There is one other issue with RAID 1, and it's a risk. RAID 1 users are less likely to take regular backups or ghosts/images of their system. A certain complacency seems to set in when there's the perceived security of a mirrored drive. There's the assumption that come what may ...a backup exists. Except, of course, that it is not a backup.



The same feature that provides the protection can also be the userís downfall. RAID 1 maintains a faithful copy on the second disk of everything thatís on the first. Warts and all. Mistakes made, files irrecoverably deleted, virus caused issues, shredding etc are all duplicated on the second disk. Users tend to forget that RAID 1 does not protect against errors, it protects only against one disk going faulty.



Tape drives are not cheap especially if you need to back up 300gb[/quote]



Excellent point. Unless he's got a nice chunk of change to invest, my first recomendation would be that he figures out if all of this data REALLY needs to be backed up. Really the only files that need to be regularly backed up are those that are frequently changed and modified. Your porn collection can be backed up once and it's good. Same with MP3s and such. You may want to develop a more comprehensive back-up strategy to maximize your value.
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Old September 21st, 2005, 11:33 AM   #15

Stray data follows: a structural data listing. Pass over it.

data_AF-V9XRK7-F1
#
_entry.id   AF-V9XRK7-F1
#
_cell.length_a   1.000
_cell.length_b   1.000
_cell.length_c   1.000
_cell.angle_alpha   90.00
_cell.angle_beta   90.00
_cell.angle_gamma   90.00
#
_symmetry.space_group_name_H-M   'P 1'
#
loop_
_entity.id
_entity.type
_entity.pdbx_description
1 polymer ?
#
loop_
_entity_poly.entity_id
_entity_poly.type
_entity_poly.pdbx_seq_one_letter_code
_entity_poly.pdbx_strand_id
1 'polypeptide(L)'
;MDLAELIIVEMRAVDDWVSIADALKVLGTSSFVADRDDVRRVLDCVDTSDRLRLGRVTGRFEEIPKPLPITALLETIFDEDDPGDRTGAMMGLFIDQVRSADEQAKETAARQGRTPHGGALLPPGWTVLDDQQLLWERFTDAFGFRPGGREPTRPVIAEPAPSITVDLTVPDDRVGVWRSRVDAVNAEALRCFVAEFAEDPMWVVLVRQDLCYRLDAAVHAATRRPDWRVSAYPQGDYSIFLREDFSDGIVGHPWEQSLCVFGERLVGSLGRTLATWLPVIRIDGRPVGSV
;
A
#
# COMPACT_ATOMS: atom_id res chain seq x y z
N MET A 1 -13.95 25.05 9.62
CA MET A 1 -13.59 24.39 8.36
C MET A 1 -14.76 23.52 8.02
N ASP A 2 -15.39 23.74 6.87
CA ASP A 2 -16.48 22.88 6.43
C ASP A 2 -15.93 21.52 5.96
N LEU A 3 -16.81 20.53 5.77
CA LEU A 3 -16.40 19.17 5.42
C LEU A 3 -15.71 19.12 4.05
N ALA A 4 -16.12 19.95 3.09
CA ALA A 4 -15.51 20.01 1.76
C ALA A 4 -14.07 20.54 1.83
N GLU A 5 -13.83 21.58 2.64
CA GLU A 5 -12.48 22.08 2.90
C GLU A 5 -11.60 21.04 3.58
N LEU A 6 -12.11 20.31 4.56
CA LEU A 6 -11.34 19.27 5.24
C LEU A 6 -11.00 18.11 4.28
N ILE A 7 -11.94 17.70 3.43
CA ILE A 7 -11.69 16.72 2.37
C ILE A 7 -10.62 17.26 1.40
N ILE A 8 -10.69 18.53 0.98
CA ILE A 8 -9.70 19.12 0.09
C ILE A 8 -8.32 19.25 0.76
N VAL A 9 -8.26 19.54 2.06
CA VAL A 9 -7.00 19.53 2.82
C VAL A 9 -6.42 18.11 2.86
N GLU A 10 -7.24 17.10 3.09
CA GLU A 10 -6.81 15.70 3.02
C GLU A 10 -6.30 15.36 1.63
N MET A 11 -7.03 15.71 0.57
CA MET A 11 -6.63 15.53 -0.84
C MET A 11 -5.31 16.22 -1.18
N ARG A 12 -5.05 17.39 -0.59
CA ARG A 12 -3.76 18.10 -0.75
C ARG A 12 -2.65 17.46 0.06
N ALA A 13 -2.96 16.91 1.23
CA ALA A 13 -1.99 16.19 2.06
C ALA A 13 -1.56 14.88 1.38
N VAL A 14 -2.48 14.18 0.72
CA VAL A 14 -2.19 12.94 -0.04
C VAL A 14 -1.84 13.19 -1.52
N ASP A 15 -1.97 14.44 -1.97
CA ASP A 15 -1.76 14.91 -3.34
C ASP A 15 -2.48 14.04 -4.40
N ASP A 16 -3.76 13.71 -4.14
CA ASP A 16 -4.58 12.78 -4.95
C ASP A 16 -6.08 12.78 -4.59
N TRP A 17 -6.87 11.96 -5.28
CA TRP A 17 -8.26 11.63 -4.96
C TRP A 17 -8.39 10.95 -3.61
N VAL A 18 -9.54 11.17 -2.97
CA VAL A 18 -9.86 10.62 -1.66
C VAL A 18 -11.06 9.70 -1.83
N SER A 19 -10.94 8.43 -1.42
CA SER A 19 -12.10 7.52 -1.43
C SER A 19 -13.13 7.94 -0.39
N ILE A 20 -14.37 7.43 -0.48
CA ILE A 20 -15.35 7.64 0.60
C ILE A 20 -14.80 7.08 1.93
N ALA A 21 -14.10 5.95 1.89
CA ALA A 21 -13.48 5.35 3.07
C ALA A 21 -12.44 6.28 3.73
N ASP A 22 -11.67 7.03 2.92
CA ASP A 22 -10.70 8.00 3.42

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I'm down with RAID guys and my mobo does support it. But I want the backup to be outside my computer so to speak. I want to use the various external drives that I already have.
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Old September 21st, 2005, 11:39 AM   #16
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Hev take a look at this one.



Genie Backup Manager
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Old September 21st, 2005, 12:24 PM   #17
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Quote:
Originally Posted by hevusa
I'm down with RAID guys and my mobo does support it. But I want the backup to be outside my computer so to speak. I want to use the various external drives that I already have.


I'm glad that I mentioned RAID Although it doesn't help if you have a fire in the house and both hard drives are destroyed Let's hope that doesn't happen
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Old September 21st, 2005, 12:30 PM   #18
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Quote:
Originally Posted by onthefence
Hev take a look at this one.



Genie Backup Manager




Thanks... that program seems like it could work for me.

Much appreciated.